Children's Friendships: The Beginnings of Intimacy Paperback – Illustrated, Dec 17 2004
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"Judy Dunn has the happy knack of helping us to look afresh at the children we thought we knew - including our own. Her new book shows that in the context of friendship, children have an opportunity - from kindergarten upward - to go on imaginary adventures, to engage in give-and-take and, eventually, to learn about commitment in ways that the immediate family can rarely match. We glimpse children at their best in this delightful book - and sympathize all the more with those children who want to make friends but have none." Paul Harris, Harvard Graduate School of Education <!--end-->
"This magical new book by Judy Dunn explores the development of friendships in young children. She draws on close observation of toddlers, pre-schoolers and school children to demonstrate the role of intimate friendships in encouraging children to share ideas, coordinate pretend play and express affection for those that are not kin. This book will inform the practice of professionals who care for young children and intrigue parents – who will see immediately how the friendships of their own children are the spur to imagining what’s in the mind and heart of another." Kathy Sylva, Professor of Educational Psychology, University of Oxford
"Judy Dunn, one of our most astute chroniclers of children's social lives, provides a fascinating glimpse into the often neglected world of children's friendships. Using real-life illustrations from her own studies as well as rich insights from novelists and biographers, she convincingly shows the important place of friends in children's development. Parents as well as professionals will learn much from this timely and readable volume." Ross D. Parke, Director, Center for Family Studies, University of California Riverside
"Children's Friendships is a beautifully written account of children's early friendships by Judy Dunn, the leading international authority on childhood development." Primary Times, 29th Nov - 7th Feb 2005
"The excitement, the pleasures, problems and humour, the compelling intensity of these relationships with friends (and enemies) in writers' early lives and their fiction are interwoven in Children's Friendships with the present-day examples from the children in Dunn's research and that of others." SirReadaLot.org, January Issue.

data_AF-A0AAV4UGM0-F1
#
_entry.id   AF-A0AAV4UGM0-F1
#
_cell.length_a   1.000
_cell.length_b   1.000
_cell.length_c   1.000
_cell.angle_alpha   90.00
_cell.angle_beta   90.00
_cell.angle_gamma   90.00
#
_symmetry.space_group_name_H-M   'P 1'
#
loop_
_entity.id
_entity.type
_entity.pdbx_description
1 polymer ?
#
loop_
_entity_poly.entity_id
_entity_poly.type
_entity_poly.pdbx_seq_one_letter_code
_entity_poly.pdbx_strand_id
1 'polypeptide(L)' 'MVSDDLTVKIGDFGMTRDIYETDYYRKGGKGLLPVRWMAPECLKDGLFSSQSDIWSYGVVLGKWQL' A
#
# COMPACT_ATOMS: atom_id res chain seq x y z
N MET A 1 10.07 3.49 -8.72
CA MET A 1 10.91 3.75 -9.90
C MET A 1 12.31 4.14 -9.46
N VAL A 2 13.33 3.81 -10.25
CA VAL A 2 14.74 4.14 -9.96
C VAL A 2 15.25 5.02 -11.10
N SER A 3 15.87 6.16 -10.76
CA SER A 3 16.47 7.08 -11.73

This latest book in the Understanding Children's Worlds series is a beautifully written account of children's early friendships from Judy Dunn, the leading international authority on childhood development. Drawing on evidence from studies on both sides of the Atlantic, it considers the nature and significance of such relationships for children's development and well-being.The book also features a foreword by Jerome Bruner, one of the most influential psychologists alive today.Three arguments run through the book. The first is that friends can matter to a young child in a way that is different to parents and siblings. The second argument is that our understanding of a child's development can be greatly enhanced by studying children within these relationships. The third theme is that the influence a friend has on a child depends on the quality of their friendship.In a final section, the author draws out the practical implications of research for parents, teachers and those who care for children. She discusses how to manage friendships at different developmental stages, how to help children with friendship difficulties, and what to do about 'trouble-making' friendships and bullying..See all Product Description
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Most Helpful Customer Reviews on Amazon.com (beta)
An only-child is disadvantaged unless there are other children nearby to spend a lot of time with. In this day and age when some parents use "stranger danger" as an excuse to keep children prisoners in their own homes, and through isolation try to control every thought that goes through a child's head, this book is a sober and humbling corrective to the arrogance of many uninformed parents. Forced isolation should be considered a form of emotional abuse.
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